Propylaeum offers several search options for subject information on Byzantine studies: Catalogue entries are searchable for printed monographs, article titles and manuscripts from Germany and abroad. In addition, an electronic document delivery service (copies of articles by e-mail / delivery of books) and lists of recently published literature are available.
The user is furthermore given access to different types of electronic media, such as subject databases, e-journals, freely accessible internet sources on Byzantine Studies, a document server with the option of publishing monographs and articles free of charge, as well as direct access to digitized historical literature.
Definition of the Subject
Byzantine studies (Byzantinology) addresses all aspects of the history and culture of Byzantium – the medieval state that formed from the Eastern part of the Roman Empire –, of which Constantinople, the present-day Istanbul, was the capital.
It is a discipline that encompasses a great number of subjects and approaches.
While the beginning of the Romaioi’s Empire – as the Byzantines called themselves – is controversially discussed (especially the years 284, 330, 565 and 641), the end of the East Roman Empire, marked by the final conquest of Constantinople by the Ottomans in May 1453, is easily determined.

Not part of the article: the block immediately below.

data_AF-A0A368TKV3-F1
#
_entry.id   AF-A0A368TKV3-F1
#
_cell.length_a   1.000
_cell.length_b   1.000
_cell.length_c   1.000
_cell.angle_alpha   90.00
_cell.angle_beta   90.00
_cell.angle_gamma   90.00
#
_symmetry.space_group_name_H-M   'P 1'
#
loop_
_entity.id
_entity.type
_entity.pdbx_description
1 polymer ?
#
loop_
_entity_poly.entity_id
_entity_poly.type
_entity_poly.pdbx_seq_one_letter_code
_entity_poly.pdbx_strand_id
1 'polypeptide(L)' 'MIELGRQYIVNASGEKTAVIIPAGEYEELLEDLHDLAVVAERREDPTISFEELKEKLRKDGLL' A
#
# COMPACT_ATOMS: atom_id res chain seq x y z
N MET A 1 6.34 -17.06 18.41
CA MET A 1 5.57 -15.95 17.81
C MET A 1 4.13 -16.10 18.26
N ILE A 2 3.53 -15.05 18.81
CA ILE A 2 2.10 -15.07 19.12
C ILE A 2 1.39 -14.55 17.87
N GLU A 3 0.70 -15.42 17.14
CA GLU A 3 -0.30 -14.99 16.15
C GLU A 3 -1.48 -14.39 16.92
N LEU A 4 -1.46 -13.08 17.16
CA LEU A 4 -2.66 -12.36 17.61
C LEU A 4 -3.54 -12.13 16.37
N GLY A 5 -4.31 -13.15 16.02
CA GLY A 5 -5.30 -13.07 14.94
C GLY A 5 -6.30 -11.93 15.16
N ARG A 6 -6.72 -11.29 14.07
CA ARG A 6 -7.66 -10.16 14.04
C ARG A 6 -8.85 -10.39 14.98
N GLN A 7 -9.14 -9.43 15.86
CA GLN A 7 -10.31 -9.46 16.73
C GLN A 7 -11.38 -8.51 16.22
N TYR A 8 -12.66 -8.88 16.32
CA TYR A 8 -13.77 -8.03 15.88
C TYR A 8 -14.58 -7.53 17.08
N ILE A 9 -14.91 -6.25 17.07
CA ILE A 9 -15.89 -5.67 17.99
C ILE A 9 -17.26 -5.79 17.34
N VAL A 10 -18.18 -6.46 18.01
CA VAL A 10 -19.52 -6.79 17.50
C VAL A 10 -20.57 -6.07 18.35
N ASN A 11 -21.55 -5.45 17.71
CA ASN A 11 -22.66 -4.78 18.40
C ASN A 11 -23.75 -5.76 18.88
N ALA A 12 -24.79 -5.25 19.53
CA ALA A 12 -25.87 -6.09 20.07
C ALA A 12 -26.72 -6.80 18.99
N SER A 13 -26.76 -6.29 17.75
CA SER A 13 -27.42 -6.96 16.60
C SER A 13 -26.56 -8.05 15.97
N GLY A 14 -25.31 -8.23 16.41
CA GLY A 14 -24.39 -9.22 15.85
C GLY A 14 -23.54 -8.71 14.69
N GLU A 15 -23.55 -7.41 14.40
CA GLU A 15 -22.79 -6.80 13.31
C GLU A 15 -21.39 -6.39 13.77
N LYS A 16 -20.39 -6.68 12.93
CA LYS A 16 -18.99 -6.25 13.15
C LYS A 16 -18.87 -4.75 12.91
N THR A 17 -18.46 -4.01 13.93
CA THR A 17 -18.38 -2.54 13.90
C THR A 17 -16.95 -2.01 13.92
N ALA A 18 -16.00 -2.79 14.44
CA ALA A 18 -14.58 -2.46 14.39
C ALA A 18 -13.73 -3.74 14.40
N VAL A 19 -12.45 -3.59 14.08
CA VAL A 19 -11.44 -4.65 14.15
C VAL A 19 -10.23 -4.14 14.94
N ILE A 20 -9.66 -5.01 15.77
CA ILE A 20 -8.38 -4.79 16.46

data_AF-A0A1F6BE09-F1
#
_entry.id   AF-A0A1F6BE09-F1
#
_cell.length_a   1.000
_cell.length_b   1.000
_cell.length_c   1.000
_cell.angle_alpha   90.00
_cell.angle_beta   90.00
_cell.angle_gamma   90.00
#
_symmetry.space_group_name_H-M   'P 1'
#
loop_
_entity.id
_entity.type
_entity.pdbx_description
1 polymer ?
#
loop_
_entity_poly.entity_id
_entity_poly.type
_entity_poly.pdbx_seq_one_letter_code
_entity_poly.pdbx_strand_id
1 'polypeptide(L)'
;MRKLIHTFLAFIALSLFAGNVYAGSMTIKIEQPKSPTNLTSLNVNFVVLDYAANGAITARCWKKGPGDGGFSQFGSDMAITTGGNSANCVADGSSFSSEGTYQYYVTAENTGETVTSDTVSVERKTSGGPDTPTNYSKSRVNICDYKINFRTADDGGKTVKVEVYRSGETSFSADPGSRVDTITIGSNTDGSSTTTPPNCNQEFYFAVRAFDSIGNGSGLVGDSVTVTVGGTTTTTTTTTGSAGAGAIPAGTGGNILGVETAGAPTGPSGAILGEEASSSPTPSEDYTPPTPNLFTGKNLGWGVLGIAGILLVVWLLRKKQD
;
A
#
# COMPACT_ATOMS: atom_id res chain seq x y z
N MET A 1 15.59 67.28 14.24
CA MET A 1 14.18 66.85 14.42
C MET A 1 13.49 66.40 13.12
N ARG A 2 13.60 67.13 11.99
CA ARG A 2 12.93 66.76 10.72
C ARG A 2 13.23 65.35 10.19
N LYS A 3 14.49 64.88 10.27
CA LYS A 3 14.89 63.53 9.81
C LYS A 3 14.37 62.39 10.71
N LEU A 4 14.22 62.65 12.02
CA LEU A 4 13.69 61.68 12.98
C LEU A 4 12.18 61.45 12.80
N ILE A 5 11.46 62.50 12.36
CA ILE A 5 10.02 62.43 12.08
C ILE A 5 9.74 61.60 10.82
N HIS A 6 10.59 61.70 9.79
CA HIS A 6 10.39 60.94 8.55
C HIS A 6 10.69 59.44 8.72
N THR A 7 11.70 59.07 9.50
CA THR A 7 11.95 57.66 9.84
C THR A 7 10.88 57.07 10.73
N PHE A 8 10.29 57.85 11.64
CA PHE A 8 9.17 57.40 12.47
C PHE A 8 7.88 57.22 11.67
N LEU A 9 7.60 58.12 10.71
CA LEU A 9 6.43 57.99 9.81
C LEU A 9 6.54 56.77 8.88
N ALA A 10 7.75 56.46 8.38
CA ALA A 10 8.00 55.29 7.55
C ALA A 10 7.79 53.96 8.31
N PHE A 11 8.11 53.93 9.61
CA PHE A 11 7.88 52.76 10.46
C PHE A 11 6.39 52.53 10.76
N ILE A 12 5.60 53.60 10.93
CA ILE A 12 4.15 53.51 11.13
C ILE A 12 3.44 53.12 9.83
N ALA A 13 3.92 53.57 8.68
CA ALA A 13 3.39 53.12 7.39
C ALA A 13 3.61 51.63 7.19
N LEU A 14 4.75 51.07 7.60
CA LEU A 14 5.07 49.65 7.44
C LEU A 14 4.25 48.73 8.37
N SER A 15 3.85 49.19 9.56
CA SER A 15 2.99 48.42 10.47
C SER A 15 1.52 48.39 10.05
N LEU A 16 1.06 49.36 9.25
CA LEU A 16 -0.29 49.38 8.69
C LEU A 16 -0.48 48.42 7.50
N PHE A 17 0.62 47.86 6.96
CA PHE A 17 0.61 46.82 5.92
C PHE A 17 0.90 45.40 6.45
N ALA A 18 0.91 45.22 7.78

In the history of Byzantium its boundaries have undergone some dramatic alterations: During the time of its greatest expansion the territory extended from the Pillars of Hercules (Gibraltar) to the Euphrates, while in the very end it remained confined to Constantinople and its hinterland as well as some areas of present-day Greece.
The Byzantines’ culture was shaped not only by the Greek and Roman roots but also by Christianity, developing into a state religion.
The beginnings of this comparably recent discipline fall into the time of Karl Krumbacher (1856-1909) who launched the Byzantinische Zeitschrift, an internationally renowned periodical; furthermore Krumbacher founded the Institute for Byzantine Studies at the University of Munich and thereby established the subject as an independent discipline.
Byzantine Studies as a Special Subject Collection of the Bayerische Staatsbibliothek Munich
The resources for the subject area of Byzantine Studies in Propylaeum are supplied by the Bayerische Staatsbibliothek Munich (BSB). The Bayerische Staatsbibliothek Munich (BSB) has been responsible for the special subject collection "Byzantine Studies, within Classical Studies" since 1949, commissioned by the German Research Foundation (DFG). Its main focus is on acquiring, cataloguing and supplying the information resources relevant from a scholarly perspective as comprehensively as possible, as well as integrating them in a central subject portal.